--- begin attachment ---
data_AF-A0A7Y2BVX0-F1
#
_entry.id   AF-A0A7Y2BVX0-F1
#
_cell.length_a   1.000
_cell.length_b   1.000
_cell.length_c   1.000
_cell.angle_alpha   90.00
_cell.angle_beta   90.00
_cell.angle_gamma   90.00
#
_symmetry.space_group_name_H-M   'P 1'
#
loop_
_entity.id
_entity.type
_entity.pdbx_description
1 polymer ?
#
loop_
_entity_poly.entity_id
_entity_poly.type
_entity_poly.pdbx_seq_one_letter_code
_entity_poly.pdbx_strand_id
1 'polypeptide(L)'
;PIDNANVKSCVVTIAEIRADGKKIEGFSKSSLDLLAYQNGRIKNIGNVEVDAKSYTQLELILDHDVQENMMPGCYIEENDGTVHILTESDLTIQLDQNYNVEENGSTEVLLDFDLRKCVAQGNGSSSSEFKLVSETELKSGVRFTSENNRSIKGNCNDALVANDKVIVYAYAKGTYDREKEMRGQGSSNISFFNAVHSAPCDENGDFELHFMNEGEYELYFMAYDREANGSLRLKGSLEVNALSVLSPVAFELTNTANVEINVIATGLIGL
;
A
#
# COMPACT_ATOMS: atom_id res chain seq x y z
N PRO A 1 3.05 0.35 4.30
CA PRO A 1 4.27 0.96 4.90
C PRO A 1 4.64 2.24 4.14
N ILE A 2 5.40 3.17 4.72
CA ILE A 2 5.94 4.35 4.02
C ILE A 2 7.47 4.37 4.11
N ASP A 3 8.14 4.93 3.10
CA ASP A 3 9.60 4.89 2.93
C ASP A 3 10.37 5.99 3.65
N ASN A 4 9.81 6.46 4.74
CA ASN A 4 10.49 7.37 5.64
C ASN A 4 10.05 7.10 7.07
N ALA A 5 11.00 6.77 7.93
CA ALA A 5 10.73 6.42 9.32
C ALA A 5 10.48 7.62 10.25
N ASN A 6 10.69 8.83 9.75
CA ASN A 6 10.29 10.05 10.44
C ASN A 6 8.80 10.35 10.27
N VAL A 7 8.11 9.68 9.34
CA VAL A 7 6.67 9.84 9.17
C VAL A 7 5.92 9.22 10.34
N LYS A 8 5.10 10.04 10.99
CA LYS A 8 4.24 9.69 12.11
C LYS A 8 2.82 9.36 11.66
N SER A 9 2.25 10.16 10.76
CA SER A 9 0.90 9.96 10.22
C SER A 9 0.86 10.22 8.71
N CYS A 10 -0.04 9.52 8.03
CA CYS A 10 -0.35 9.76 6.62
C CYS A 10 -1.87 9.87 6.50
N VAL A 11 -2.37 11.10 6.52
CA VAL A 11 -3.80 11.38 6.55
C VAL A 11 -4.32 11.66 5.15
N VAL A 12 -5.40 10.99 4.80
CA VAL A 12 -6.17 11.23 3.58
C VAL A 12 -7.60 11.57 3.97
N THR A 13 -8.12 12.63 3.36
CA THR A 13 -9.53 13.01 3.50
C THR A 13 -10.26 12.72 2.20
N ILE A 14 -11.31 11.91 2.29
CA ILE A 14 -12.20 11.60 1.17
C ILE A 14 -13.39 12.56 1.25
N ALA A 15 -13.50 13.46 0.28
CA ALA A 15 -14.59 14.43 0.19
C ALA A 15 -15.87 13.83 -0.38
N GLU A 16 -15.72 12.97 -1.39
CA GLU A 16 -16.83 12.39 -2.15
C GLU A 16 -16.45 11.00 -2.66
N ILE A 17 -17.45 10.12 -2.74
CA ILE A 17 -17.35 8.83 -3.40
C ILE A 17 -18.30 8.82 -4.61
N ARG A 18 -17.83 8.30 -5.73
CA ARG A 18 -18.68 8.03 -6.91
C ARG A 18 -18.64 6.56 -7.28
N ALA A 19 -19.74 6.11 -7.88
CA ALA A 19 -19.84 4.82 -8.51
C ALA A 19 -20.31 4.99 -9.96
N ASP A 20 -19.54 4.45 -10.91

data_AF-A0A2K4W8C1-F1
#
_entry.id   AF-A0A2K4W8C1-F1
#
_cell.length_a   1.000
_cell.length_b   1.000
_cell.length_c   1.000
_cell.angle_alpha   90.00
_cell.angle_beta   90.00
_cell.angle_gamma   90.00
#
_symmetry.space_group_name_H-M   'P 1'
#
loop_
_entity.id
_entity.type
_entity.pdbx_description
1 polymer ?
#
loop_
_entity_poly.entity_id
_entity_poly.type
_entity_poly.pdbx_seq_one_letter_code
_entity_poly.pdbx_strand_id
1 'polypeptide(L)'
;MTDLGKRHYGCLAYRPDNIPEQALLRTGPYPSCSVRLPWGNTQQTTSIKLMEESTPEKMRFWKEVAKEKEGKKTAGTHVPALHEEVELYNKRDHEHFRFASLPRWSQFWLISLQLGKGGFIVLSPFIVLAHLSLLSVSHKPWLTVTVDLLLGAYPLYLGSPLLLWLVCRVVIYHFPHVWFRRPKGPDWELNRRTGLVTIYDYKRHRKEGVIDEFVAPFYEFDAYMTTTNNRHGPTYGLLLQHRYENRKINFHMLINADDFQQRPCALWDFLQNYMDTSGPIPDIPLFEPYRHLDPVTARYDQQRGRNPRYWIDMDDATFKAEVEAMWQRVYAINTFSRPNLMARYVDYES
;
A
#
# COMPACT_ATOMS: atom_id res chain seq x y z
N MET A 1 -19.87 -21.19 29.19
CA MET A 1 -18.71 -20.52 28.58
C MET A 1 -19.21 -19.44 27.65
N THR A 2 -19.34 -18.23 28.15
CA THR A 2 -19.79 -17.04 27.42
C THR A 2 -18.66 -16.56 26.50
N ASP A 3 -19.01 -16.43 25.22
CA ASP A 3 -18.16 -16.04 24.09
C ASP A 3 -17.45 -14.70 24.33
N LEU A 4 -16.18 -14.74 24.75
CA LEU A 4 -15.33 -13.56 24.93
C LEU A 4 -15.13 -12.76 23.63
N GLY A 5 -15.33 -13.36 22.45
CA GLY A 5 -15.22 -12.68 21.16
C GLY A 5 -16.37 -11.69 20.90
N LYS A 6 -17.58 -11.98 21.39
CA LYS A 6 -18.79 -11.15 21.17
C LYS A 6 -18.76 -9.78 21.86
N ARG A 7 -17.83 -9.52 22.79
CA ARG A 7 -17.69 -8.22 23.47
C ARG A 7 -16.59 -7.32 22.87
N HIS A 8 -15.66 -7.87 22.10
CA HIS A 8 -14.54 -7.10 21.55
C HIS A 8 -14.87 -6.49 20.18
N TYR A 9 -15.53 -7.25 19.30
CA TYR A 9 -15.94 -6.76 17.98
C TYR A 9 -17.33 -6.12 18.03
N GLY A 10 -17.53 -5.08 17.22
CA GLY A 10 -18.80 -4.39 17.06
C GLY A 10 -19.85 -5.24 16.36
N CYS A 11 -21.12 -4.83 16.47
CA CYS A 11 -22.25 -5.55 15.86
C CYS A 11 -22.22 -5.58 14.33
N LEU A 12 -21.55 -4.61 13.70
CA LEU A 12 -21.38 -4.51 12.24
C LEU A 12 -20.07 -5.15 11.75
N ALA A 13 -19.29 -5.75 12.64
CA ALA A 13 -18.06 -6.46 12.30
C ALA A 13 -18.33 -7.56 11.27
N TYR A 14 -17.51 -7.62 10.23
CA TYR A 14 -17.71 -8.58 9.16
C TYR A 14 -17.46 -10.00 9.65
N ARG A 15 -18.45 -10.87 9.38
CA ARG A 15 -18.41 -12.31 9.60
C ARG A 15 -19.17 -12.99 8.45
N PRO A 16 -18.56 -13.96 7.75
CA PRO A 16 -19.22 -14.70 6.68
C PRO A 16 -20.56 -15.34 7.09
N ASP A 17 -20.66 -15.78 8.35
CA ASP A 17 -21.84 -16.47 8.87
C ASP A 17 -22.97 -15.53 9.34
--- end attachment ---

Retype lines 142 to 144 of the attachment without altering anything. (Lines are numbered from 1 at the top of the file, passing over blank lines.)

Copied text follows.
C HIS A 8 -14.87 -6.49 20.18
N TYR A 9 -15.53 -7.25 19.30
CA TYR A 9 -15.94 -6.76 17.98